Also, I can't get anyone to sign an MP3.

Funny thing is, I rip all my CDs to MP3 anyway and put it on my MP3 player. But, well, me being in control of that process is rather important to me. KF

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Maybe I'm way too far into the digital hole, but CD's are looking pretty useless nowadays IMHO. Reliable physical copies seem like a great idea, but with the 700mb (thats lol these days) amount you can fit, and the what's become 'absurd' size of them due to portable digital music devices, they're on their way out already whether it looks so or not. Your nowadays consumer doesn't seem to care about the nostalgia factor, or the booklet art, or any other charms of physical copies at least from what I see and hear from them. The music is what it's about and digitization of music distribution makes sense.

The only problem I've got is the quality factor, like mentioned earlier, but honestly from a consumer point of view if it's above or around at least 192kbps I can blast it in my car comfortably. It's disturbing how few and far in between true audiophiles are, as the awful mp3s / horrible listening devices most people have just boggle my mind sometimes.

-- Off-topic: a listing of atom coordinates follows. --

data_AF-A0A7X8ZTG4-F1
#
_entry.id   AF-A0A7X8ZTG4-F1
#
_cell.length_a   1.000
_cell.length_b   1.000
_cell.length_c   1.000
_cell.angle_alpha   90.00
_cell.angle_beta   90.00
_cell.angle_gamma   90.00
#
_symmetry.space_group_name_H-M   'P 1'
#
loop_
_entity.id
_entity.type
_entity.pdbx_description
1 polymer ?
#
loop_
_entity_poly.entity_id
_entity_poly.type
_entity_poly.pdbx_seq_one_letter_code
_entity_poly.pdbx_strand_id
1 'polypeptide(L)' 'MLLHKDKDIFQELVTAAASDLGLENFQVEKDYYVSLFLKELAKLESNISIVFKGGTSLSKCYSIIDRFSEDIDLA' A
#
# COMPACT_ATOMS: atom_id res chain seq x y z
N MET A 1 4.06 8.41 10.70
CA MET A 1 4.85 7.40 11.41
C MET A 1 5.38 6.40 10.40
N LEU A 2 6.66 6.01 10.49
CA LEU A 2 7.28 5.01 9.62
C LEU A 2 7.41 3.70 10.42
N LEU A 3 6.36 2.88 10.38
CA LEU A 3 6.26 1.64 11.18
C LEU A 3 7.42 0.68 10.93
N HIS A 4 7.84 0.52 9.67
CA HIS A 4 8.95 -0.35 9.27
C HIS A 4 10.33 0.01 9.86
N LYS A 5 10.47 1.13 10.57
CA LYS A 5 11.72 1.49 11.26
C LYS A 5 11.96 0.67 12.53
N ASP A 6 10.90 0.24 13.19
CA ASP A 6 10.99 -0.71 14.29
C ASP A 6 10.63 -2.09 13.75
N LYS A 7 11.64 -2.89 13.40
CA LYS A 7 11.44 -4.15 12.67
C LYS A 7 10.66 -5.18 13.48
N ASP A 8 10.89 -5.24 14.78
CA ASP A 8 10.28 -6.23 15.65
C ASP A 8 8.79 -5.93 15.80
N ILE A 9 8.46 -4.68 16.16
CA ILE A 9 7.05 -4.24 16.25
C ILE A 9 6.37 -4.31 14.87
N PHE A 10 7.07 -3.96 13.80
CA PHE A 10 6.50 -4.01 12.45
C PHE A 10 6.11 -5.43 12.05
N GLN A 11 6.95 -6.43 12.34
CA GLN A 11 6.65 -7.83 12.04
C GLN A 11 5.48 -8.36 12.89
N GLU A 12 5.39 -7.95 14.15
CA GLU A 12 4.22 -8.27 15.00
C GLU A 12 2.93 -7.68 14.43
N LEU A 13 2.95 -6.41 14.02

So in conclusion I guess I can't label them absolutely useless yet.

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i haven't bought a CD in 10+ years and I probably never will again.

tbh anyone who buys a cd is a moron in my opinion. overpriced pieces of shit physical media that needs to be phased out (along with dvds, blurays, etc).

digital is the future, the near future. anyone who refuses to conform needs to be punted into the ocean